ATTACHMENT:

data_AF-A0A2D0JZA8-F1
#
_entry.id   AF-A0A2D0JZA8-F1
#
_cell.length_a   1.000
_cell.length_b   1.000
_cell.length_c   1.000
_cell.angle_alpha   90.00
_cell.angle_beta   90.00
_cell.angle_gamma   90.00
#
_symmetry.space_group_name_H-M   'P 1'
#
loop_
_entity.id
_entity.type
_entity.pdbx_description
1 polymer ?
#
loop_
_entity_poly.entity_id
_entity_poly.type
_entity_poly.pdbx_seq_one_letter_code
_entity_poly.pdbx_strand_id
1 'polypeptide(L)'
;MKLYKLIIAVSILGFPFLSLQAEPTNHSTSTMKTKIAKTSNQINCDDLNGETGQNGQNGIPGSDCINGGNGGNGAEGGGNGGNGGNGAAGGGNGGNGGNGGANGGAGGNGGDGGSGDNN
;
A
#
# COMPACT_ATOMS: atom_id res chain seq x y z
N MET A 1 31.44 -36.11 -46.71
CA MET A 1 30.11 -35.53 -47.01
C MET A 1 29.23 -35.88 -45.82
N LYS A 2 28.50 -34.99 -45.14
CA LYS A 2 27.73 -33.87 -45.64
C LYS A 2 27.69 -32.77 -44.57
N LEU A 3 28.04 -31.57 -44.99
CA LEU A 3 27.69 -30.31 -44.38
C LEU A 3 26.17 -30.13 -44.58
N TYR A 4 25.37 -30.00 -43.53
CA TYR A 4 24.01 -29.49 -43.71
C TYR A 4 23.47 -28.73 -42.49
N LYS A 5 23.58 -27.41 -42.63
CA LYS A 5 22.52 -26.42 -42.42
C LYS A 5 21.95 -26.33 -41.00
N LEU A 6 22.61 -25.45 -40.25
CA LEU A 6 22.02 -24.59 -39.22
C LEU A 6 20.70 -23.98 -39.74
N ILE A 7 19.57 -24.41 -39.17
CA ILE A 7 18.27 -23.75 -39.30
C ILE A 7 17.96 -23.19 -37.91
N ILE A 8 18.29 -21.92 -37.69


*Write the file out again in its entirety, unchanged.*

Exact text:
data_AF-A0A2D0JZA8-F1
#
_entry.id   AF-A0A2D0JZA8-F1
#
_cell.length_a   1.000
_cell.length_b   1.000
_cell.length_c   1.000
_cell.angle_alpha   90.00
_cell.angle_beta   90.00
_cell.angle_gamma   90.00
#
_symmetry.space_group_name_H-M   'P 1'
#
loop_
_entity.id
_entity.type
_entity.pdbx_description
1 polymer ?
#
loop_
_entity_poly.entity_id
_entity_poly.type
_entity_poly.pdbx_seq_one_letter_code
_entity_poly.pdbx_strand_id
1 'polypeptide(L)'
;MKLYKLIIAVSILGFPFLSLQAEPTNHSTSTMKTKIAKTSNQINCDDLNGETGQNGQNGIPGSDCINGGNGGNGAEGGGNGGNGGNGAAGGGNGGNGGNGGANGGAGGNGGDGGSGDNN
;
A
#
# COMPACT_ATOMS: atom_id res chain seq x y z
N MET A 1 31.44 -36.11 -46.71
CA MET A 1 30.11 -35.53 -47.01
C MET A 1 29.23 -35.88 -45.82
N LYS A 2 28.50 -34.99 -45.14
CA LYS A 2 27.73 -33.87 -45.64
C LYS A 2 27.69 -32.77 -44.57
N LEU A 3 28.04 -31.57 -44.99
CA LEU A 3 27.69 -30.31 -44.38
C LEU A 3 26.17 -30.13 -44.58
N TYR A 4 25.37 -30.00 -43.53
CA TYR A 4 24.01 -29.49 -43.71
C TYR A 4 23.47 -28.73 -42.49
N LYS A 5 23.58 -27.41 -42.63
CA LYS A 5 22.52 -26.42 -42.42
C LYS A 5 21.95 -26.33 -41.00
N LEU A 6 22.61 -25.45 -40.25
CA LEU A 6 22.02 -24.59 -39.22
C LEU A 6 20.70 -23.98 -39.74
N ILE A 7 19.57 -24.41 -39.17
CA ILE A 7 18.27 -23.75 -39.30
C ILE A 7 17.96 -23.19 -37.91
N ILE A 8 18.29 -21.92 -37.69